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Martha Washington is the first and only woman to grace the primary portrait of U.S. paper currency.

Martha Washington's image appears on the $1 Silver Certificate. The certificates were first printed in 1886, six years after the first legal tender dollar bill featuring Washington was issued, a slightly re-designed Martha Washington also was produced in 1891. The $1 Certificates were discontinued in 1957. It was the nation's second-longest issued paper money and, as the name suggests, was backed by the U.S. Government's silver deposits and could be redeemed at any time for silver from the U.S. Treasury. 

The design began in the summer of 1886. The Galveston Daily News reported on August 17, 1886, "It is learned at the Treasury Department that the new Silver Certificates authorized at the last session of Congress will not be ready for issue before November, the $1 certificate contains a vignette of Martha Washington."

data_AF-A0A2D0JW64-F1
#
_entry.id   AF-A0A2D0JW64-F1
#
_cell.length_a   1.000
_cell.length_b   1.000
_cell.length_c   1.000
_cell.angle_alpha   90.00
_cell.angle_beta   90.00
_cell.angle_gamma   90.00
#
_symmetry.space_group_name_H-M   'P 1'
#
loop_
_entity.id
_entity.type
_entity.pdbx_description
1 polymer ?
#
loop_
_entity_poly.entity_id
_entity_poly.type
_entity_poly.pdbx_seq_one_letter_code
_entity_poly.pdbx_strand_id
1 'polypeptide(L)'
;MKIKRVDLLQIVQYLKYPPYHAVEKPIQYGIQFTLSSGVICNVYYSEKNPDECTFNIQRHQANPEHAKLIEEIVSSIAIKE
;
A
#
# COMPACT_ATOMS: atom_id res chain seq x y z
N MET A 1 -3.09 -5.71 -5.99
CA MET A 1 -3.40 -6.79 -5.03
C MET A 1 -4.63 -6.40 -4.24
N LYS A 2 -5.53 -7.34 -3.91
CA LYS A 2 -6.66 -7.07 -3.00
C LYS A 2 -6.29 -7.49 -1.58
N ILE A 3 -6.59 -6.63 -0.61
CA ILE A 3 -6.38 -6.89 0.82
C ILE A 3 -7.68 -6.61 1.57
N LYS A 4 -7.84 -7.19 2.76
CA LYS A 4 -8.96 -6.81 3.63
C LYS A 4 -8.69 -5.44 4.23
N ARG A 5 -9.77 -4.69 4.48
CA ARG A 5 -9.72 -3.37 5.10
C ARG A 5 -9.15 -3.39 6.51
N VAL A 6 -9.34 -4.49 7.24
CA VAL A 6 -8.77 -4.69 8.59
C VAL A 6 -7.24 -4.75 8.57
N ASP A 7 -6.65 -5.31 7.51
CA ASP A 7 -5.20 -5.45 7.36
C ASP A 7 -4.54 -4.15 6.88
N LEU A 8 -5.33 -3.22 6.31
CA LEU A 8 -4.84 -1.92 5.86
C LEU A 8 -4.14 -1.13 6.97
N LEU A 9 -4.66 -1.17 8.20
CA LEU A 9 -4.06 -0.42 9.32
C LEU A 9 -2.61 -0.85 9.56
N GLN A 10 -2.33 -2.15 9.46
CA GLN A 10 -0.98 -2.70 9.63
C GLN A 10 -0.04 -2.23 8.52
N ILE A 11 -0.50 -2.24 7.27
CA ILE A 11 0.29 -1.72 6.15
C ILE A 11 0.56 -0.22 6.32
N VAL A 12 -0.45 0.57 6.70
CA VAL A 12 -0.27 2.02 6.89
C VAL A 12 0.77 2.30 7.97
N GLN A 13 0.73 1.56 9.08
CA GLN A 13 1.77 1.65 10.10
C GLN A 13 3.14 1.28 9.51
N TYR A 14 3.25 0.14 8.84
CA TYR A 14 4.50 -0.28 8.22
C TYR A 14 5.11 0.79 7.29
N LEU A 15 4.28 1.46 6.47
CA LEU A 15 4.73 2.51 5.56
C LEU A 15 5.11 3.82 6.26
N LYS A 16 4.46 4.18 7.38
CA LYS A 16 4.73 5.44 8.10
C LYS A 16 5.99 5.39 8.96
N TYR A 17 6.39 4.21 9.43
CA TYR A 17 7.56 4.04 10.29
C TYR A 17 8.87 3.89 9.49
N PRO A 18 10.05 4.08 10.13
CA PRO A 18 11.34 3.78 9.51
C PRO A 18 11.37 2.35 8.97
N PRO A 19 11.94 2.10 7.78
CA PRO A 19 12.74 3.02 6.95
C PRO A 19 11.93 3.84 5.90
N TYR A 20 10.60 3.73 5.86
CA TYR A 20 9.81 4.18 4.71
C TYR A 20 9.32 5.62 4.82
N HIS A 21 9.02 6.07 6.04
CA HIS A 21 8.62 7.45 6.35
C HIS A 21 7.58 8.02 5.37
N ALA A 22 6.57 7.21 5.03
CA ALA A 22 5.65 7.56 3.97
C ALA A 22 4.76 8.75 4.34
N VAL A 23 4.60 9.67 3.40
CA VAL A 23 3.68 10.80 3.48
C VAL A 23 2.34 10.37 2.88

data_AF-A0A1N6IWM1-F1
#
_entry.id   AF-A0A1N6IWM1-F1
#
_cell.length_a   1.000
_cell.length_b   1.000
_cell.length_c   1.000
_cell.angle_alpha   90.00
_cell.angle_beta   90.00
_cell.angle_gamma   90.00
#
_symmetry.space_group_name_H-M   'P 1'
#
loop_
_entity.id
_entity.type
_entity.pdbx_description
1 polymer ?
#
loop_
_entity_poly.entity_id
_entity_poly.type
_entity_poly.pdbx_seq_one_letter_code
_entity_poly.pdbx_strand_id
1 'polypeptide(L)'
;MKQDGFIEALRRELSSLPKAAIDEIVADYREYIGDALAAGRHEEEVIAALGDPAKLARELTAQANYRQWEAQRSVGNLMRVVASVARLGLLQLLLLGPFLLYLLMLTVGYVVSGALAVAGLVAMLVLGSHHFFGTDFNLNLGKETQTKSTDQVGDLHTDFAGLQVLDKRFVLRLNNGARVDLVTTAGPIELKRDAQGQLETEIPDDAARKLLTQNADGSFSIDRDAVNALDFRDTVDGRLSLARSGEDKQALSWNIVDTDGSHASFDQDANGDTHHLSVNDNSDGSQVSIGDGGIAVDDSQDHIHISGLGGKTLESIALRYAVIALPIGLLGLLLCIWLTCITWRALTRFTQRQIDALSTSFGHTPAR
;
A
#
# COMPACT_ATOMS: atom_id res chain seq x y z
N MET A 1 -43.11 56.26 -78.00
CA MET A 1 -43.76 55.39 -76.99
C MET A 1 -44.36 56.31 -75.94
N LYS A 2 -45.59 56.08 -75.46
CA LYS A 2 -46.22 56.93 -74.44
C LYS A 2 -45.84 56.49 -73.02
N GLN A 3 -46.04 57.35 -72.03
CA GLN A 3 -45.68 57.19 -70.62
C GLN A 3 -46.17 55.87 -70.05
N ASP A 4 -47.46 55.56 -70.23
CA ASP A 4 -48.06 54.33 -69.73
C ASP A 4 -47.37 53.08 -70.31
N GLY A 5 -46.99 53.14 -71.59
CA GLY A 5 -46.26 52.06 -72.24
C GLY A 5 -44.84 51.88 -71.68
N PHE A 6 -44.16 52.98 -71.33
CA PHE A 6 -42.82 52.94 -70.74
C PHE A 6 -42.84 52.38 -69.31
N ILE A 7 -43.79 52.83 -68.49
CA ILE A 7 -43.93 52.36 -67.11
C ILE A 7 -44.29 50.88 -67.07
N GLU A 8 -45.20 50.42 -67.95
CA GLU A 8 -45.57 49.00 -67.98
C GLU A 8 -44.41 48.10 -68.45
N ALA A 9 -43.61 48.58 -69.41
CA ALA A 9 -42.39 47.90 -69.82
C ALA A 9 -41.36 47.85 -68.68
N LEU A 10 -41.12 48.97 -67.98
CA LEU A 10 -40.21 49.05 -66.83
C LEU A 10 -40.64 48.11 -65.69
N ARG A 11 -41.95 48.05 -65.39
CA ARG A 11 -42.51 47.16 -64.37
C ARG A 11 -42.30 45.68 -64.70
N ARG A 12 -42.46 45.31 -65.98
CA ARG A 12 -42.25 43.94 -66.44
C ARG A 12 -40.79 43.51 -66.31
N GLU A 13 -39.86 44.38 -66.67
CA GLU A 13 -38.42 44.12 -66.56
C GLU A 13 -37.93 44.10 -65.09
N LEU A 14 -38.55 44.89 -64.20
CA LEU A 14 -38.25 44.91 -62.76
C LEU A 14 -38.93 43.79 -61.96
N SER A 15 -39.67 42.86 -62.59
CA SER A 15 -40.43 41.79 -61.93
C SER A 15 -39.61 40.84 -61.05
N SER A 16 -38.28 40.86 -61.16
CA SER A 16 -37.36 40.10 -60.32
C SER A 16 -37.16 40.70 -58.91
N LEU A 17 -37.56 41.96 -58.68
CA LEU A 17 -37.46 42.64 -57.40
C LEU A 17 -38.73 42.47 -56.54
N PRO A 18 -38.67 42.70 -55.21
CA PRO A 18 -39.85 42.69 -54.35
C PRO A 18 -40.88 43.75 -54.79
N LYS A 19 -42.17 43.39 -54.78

Martha Washington, engraver unknown, after Charles Jalabert, 19th century [Print-3242]
Martha Washington, engraver unknown, after Charles Jalabert, 19th century [Print-3242]
The portrait featured on the currency is based on Charles François Jalabert's portrait of Martha Washington.

Reaction to the Bill

Several newspapers featured quotes from prominent individuals upon the issuance of the Martha Washington Silver Certificate.

"Persons fortunate enough to possess a one-dollar Silver Certificate have an excellent picture of Martha Washington, the wife of the Father of His Country,"

- Indiana Democrat, Feb. 20, 1901



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Martha Washington

"The worthy partner of the worthiest of men."

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